This article is about a frequent claim that computers have been proven to be inherently limited and incapable of “deciding” certain things, like whether or not a PC program can loop indefinitely (the so-called “Halting problem” for computers). Such a claim is often found with remarks along the lines of “Therefore humans will always be necessary for maintaining them”, or “This why antiviruses cannot be perfectly reliable” or even “That is why it is impossible to write a program that would detect bugs in another program”.
The belief that those are mathematically proven facts is wrong and this page explains why. If you had never heard or believed that rumor, you can leave this page. Otherwise please let me develop.
The theory: the halting problem is decidable for computers
If computers were Turing machines, they would be finite Turing machines, that is Turing Machines with a finite amount of memory. The halting problem is decidable for finite Turing machines. Here is a sketch of the proof:
- A Turing machine with a finite amount of memory can only be in a finite number of configurations. Call this number N.
- After running N+1 instructions, you must have been twice in the same configuration, by the pigeon-hole principle. Thus, after running N+1 instructions you know that the machine won’t stop.
- Conversely, if before or when the N-th instruction ran the program stopped, then you know that it does not loop for the input you provided.
It is true that memory capacity has considerably increased over the past years. But at all moments it stayed finite and will stay so in the foreseeable future. As long as it stays finite, the halting problem is decidable.
It is also true that N is huge for current computers. And one can prove things about the worst-case asymptotic complexity of the problem in term of N, but even that won’t prove anything about the actual amount of time and memory that would be necessary for a perfect anti-virus to decide on the latest thing I downloaded. And we do not know how N will vary anyway, so studying asymptotic complexity does even not allow to forecast the evolution of this problem.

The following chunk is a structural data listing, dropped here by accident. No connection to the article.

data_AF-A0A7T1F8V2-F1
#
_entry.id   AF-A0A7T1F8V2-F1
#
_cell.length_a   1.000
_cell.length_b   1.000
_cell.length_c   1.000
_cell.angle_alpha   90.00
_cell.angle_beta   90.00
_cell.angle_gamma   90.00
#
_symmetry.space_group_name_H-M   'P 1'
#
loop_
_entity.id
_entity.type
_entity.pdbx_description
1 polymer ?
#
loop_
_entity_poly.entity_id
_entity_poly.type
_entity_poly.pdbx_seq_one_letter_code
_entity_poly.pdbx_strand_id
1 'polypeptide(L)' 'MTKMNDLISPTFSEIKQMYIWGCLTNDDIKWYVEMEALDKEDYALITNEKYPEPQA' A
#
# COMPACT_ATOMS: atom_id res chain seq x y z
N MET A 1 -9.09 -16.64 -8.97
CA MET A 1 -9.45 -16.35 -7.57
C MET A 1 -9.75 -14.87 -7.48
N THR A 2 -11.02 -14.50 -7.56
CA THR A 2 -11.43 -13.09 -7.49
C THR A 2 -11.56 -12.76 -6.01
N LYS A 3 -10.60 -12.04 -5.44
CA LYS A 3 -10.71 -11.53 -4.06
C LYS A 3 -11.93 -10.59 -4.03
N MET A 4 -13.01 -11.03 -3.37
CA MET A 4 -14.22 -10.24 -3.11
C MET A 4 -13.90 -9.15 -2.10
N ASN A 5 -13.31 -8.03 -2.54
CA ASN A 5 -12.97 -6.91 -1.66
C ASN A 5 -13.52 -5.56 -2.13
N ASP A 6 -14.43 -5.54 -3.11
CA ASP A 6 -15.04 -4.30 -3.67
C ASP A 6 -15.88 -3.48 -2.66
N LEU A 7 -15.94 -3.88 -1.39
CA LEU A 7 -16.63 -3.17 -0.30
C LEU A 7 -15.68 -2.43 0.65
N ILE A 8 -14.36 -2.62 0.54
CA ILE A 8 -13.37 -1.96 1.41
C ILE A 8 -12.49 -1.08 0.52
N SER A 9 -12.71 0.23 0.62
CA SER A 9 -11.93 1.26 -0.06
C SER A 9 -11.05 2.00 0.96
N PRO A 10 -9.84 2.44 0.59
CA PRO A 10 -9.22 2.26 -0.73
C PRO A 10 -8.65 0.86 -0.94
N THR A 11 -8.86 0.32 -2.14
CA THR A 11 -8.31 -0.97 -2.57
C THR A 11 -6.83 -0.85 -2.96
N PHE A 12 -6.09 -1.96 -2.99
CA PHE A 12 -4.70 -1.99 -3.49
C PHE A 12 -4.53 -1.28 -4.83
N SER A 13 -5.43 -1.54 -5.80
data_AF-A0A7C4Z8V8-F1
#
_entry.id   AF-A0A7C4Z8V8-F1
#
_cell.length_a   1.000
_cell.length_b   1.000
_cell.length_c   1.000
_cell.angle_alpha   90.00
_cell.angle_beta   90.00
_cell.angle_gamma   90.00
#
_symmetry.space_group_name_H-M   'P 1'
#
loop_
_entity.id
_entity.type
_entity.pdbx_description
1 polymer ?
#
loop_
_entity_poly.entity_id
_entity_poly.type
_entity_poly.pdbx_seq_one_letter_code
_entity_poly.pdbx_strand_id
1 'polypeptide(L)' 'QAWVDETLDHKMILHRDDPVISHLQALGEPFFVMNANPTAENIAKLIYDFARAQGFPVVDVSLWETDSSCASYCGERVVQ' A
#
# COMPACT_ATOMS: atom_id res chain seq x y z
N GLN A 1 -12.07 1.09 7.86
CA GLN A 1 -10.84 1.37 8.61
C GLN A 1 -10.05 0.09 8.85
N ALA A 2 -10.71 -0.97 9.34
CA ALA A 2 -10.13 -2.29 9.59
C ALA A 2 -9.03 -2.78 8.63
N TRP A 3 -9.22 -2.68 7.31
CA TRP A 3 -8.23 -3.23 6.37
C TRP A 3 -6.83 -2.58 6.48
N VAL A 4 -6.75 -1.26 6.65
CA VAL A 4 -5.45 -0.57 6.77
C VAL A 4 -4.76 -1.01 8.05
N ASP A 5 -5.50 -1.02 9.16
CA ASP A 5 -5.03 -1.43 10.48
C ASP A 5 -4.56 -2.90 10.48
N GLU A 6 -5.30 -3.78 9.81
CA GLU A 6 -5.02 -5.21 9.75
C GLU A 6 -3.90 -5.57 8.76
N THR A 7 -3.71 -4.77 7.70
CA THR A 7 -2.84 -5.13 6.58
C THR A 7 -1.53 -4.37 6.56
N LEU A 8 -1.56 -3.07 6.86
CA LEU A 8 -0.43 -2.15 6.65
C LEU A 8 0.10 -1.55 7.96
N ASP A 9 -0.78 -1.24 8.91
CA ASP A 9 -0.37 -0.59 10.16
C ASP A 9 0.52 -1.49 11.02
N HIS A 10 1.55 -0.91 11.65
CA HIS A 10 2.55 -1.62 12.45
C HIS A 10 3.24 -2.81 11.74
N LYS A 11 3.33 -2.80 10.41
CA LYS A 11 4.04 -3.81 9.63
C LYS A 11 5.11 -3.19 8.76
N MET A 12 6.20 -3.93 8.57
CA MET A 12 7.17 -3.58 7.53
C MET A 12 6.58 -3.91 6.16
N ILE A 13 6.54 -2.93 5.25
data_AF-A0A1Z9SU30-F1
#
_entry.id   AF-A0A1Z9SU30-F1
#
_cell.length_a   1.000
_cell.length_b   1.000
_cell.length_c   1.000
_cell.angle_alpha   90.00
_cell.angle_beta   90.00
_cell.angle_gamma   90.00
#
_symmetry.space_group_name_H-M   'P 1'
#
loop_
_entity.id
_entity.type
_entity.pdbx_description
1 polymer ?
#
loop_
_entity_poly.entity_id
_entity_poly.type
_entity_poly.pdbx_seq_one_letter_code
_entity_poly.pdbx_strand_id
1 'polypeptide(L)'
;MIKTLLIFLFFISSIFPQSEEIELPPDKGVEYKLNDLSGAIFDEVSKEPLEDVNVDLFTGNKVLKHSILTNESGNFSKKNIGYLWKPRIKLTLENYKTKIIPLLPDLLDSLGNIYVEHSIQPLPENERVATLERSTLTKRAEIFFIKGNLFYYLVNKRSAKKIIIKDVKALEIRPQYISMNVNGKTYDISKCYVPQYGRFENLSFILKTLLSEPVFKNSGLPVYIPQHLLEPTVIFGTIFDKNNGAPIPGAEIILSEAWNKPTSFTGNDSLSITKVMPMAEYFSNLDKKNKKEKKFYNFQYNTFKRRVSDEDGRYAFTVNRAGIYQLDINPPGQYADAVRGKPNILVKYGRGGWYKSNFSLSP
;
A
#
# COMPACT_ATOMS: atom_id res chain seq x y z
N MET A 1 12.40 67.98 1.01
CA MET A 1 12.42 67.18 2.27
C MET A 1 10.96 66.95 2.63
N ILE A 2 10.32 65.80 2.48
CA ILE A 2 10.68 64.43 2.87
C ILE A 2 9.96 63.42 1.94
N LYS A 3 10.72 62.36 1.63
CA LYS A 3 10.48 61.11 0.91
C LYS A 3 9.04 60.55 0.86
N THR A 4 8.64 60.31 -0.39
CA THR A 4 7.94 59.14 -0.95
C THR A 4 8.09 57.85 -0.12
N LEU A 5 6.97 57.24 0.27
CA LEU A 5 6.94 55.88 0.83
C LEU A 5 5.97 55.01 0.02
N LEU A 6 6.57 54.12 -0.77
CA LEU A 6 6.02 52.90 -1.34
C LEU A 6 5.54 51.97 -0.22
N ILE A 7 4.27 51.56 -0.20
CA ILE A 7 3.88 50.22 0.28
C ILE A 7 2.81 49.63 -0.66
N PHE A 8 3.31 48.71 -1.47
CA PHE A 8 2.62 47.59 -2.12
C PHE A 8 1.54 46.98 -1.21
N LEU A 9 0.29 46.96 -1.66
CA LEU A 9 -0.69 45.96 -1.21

A more concrete example with humans
This may help to put things under a different light: Turing Machines were meant to model humans processes. (cf his biography by Andrew Hodges)
And we only live for a finite amount of time, so if you think of ourselves as Turing machines, we can only run a finite number of instructions. A Turing machine running a finite amount of instructions can only use a finite amount of memory. Therefore, we can think of ourselves as finite Turing machines. And yet many of us are solving the halting problem for some real-life programs.
So existing finite Turing machines are solving the Halting Problem for programs running on other existing finite Turing machines.